Saturday, March 2, 2013

Ah, Love, Thy Name is Bread Machine.

I got a bread machine for my birthday (Thanks, Mom!).
This is the one I got. Photo from
 I've been wanting to make my own bread.  Like most processed or prepared foods, the ingredients on loaves of bread in the store contain a LOT of ingredients.  I've been thinking a lot about the ingredients in prepared or processed foods. When I read the back of a package, I wonder why there are so many ingredients listed when the recipe for making the same thing contains half (or fewer than) that number.

     Example, Wonder Bread (which despite being made by the defunct Hostess Foods is not gone forever as it has been sold to another company) has 29 ingredients listed on its package--29!  Now, not all store-bought breads contain this many ingredients, but even Milton's 100% Whole Wheat Bread, arguably a much healthier choice than Wonder, contains 14 ingredients. Also, all store-bought breads seem to contain soy in one form or another.  Now, I'm not anti-soy.  I like soy sauce and the occasional bean curd stir fry. I do have a problem with the fact that so much of soy is GMO. Also, it's the general problem I have with all these added ingredients in food.

     How many ingredients are there in a homemade loaf of bread?  I'm glad you asked.  It depends on the recipe you are making, but for a basic white loaf, the bread cookbook I have calls for 9.  Some of the bread recipes call for fewer, but 6 - 10 ingredients is usual among the recipes.  Also, all of these ingredients are recognizable.  Water, honey and/or sugar, butter or oil, flour, yeast, and salt are the basics. Some recipes call for dry milk powder for added protein and wheat gluten for protein and to make the bread softer. However, no artificial ingredients or colors are called for and no weird fillers either.

     I've made bread before, but it never turned out all that well.  It was edible, but not super tasty.  I never seem to be able to knead the dough properly.  The bread machine solves that.  The first thing I made with my bread machine was a loaf of the above mentioned white bread.  I ran the whole bread machine cycle from mixing to baking.  It turned out well. My problem was that I had no bread knife.  That didn't deter me for long, I just hacked off pieces and ate them.  I ended up freezing half the loaf until I got a chance to find a good bread knife.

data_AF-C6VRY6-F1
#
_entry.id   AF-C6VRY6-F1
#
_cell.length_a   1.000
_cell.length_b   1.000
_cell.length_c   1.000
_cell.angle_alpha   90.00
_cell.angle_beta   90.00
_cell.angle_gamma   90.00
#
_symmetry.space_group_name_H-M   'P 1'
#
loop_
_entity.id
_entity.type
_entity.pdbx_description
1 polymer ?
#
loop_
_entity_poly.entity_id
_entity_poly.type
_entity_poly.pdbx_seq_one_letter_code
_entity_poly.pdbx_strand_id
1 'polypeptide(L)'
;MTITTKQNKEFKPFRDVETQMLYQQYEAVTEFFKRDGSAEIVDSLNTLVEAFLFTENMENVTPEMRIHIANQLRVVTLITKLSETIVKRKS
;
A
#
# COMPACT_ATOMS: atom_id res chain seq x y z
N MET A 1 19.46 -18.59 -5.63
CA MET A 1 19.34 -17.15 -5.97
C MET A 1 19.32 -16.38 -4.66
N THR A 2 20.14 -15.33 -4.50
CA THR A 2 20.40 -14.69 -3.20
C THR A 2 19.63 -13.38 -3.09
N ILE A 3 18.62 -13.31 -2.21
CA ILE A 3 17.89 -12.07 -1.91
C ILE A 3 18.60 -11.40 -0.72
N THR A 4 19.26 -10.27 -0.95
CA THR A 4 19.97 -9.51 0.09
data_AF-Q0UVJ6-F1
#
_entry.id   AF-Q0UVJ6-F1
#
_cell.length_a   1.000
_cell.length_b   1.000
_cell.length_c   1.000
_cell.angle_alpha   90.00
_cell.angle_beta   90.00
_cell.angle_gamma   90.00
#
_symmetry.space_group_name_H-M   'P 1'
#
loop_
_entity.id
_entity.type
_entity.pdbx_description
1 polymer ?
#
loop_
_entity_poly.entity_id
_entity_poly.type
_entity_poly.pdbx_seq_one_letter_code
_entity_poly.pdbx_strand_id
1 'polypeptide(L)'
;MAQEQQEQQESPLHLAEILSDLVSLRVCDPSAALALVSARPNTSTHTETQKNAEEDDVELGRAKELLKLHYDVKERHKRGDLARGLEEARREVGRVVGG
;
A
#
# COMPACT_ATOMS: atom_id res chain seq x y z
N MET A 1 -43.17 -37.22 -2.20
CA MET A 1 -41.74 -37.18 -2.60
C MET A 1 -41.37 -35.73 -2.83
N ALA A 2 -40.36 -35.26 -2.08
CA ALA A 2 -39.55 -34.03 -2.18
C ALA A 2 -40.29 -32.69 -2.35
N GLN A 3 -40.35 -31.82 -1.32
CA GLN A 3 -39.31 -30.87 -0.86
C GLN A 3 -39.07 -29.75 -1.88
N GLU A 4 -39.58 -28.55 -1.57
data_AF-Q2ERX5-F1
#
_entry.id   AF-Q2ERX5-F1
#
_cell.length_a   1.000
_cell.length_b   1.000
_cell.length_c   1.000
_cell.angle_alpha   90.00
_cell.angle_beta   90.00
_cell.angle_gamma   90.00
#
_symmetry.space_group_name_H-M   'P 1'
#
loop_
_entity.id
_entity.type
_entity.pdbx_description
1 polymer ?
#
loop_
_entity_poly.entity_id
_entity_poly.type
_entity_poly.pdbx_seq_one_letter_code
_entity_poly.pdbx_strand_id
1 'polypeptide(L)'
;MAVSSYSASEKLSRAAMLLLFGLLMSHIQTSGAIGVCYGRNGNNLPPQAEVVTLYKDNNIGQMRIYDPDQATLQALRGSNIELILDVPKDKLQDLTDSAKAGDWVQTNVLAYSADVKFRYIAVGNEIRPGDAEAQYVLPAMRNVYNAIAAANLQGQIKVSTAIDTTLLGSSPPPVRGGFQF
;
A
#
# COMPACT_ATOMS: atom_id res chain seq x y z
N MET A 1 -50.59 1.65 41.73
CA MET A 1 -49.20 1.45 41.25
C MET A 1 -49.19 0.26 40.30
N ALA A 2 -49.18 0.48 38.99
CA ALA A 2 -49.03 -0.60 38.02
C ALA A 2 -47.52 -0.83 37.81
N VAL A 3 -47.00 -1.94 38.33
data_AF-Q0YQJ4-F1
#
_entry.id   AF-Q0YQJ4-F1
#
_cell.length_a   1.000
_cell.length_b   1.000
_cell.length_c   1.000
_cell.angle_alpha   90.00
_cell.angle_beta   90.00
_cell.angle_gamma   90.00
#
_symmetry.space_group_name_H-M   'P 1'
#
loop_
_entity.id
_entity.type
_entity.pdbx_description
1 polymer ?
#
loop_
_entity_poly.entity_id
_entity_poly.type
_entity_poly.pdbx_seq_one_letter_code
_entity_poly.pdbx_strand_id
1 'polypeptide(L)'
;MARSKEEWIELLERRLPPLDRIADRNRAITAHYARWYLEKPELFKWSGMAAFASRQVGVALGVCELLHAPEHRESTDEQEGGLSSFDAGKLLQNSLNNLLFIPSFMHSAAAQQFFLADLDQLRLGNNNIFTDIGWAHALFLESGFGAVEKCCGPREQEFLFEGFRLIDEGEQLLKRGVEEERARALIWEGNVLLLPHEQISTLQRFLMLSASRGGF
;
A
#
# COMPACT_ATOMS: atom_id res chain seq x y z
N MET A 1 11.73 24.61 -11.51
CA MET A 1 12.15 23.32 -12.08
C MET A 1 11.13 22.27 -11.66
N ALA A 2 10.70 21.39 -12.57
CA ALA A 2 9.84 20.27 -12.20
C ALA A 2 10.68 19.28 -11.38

The next thing I made was pizza dough. This time I just ran the dough cycle on the bread machine, which mixes, kneads, and rises the dough, but doesn't bake it.  I made one batch with all white flour and one batch with half white and half whole wheat flour.  They both turned out great.  Perfectly chewy, crusty pizza dough.  I had a couple of friends over, and we made individual pizzas with lots of yummy toppings including pepperoni, sausage, zucchini, onions, and lots of cheese.  Makes me hungry just thinking of them.

     Then I made sticky buns.  Oh my goodness, these were stunningly delicious.  I found the recipe for Morning Sticky Buns in Beth Hensperger's The Bread Lover's Bread Machine Cookbook (Harvard Common Press, 2000).  The buns came out perfect.  I couldn't believe it.  The best thing about these was that the insides didn't end up too gooey.  The caramel topping was wonderfully gooey, but the bun itself was soft, but fully cooked, not underdone and doughy like they can be.  I highly recommend them for a special treat.

Morning Sticky Buns